UN Women's Rights Expert Concludes Visit to Russian Federation
Saturday, January 1, 2005 1:15 PM


Prof. Yakin Ertürk, the Special Rapporteur on violence against women, its causes and consequences of the United Nations Commission on Human Rights today issued the following statement at the end of her official visit to the Russian Federation 17-24 December 2004.

During my visit to the Russian Federation, at the invitation of the Government, I held meetings with representatives of the Federal Government and Republican authorities of Ingushetia and Chechnya, as well as civil society organizations, in Moscow, Nazran and Grozny. I heard testimonies from victims of human rights violations, relatives of "disappeared" persons, as well as internally displaced persons (IDPs) in Ingushetia and returnees living in a temporary accommodation centre near Grozny. I also visited female detainees at a pre-trial establishment in Grozny.

In the past ten years the Russian Federation has undergone administrative and legislative change that has contributed to improvements in the situation of women. I welcome the recent ratification of the Optional Protocol to CEDAW as an added commitment by the Government to address violence against women in the Russian Federation. Violence, particularly in the home, continues to cause injuries and claim the lives of thousands of women annually. Due to the registration system (propiska) and lack of financial means many women are compelled to share the same housing with a violent partner, even after an official divorce. The situation is further aggravated by the lack of sufficient shelters. Violence against women and sex discrimination are still low on the State agenda. A draft domestic violence bill, presented to the State Duma, was not adopted. Moreover, the Women's Commission, responsible for mainstreaming a gender perspective into State policies and programmes, was abolished earlier this year. Currently, a department within the Ministry of Health and Social Development is the only national machinery in place to address gender based discrimination.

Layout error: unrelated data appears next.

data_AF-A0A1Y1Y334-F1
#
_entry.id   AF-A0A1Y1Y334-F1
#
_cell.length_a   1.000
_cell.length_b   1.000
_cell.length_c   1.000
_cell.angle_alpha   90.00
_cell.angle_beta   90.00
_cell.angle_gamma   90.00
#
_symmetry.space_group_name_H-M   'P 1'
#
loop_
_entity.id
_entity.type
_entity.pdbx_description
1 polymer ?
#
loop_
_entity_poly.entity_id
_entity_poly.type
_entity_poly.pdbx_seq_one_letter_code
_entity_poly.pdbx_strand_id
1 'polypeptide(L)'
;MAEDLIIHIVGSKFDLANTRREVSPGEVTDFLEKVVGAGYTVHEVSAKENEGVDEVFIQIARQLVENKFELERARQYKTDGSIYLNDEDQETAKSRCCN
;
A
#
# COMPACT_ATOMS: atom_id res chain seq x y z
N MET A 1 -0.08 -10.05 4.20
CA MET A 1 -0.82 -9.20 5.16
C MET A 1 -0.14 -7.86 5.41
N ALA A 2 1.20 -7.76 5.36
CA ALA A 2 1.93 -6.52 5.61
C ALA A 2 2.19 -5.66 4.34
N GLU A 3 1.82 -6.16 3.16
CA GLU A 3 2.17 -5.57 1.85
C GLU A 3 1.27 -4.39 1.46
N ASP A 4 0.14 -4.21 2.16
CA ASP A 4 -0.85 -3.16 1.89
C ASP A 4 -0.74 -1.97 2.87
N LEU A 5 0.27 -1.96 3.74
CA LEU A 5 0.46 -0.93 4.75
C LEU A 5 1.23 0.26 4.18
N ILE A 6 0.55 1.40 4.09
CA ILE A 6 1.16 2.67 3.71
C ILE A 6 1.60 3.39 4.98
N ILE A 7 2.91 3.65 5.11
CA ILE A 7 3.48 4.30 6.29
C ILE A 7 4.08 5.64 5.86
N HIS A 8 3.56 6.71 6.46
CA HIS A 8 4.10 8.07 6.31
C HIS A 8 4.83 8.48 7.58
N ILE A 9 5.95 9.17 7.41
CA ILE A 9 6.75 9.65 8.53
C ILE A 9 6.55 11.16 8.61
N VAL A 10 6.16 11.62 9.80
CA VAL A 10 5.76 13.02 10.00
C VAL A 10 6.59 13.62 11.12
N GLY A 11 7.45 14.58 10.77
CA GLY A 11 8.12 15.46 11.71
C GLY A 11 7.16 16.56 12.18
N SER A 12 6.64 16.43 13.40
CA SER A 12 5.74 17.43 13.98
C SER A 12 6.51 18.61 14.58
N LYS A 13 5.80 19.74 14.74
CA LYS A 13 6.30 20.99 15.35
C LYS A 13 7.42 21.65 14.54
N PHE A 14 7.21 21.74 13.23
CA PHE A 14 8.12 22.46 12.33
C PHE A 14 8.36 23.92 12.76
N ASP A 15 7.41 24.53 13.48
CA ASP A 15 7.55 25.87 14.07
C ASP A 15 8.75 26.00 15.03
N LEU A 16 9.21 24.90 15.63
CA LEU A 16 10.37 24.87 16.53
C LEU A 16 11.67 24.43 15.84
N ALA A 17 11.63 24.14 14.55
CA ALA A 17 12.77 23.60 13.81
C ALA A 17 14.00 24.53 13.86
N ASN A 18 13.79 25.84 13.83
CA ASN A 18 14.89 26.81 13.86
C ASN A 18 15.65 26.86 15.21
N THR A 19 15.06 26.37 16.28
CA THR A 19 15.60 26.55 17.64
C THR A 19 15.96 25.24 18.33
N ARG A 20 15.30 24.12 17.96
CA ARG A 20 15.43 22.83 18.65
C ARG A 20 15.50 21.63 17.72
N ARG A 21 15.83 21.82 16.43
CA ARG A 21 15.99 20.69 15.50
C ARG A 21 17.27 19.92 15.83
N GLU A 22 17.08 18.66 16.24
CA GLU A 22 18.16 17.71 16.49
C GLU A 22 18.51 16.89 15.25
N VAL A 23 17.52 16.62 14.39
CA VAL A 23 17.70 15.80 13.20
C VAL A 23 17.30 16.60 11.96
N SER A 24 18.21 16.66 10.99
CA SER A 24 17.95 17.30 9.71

With regard to the situation in the North Caucasus, the State is confronted with the challenge of ensuring security whilst observing human rights. In this regard, some positive steps have been taken by the Government towards normalization in the region. However, the day to day lives of people is far from normal, particularly in Chechnya. I heard first hand accounts of women being arbitrarily detained and tortured following targeted operations. This is said to be in response to women's involvement in terrorist attacks, particularly as suicide bombers. I also heard accounts from relatives of people who had been subjected to "disappearance", extrajudicial execution, torture, and ill-treatment allegedly by members of the security forces. In the absence of the rule of law, the civilian population suffers abuse by security forces and Chechen armed groups, leaving a climate of fear and insecurity.

Furthermore, the situation of displaced populations is also of concern. Chechen IDPs in Ingushetia do not want to return until security is established. The Ingush IDPs from North Ossetia complained of not being recognized as displaced people by federal authorities and the international community and receive limited humanitarian assistance.

In view of my observations, I would like to make initial recommendations to the Government of the Russian Federation:

· prioritize women's rights in judicial and non-judicial mechanisms, policies and programmes;
· amend legislation in conformity with international standards, enact legislation specifically criminalizing domestic violence and provide shelters for those in need;
· launch gender awareness campaigns and provide training to law enforcement officers and security forces;
· support politically and financially civil society initiatives promoting human rights including through research and advocacy;
· ensure that all laws, policies and practices to counter terrorism fully meet fundamental principles of international law and international human rights standards;
· investigate, prosecute, and punish those responsible for violations of human rights and provide compensation to victims or their families;
· ensure safe and voluntary return of IDPs;
· establish a protection programme for human rights defenders, witnesses and victims who are at risk of harm;

I wish to thank the federal and local authorities for facilitating my visit. I would also like to extend my gratitude to the human rights organizations, individuals and victims of violence for valuable information provided. Finally, I would like to thank the UN country team for their logistical support to the visit.

I will present a full report of my findings and recommendations to the sixty-second session of the United Nations Commission on Human Rights in 2006.

Published in: United Nations Press Release, UN Women's Rights Expert Concludes Visit to Russian Federation, 24 December 2004.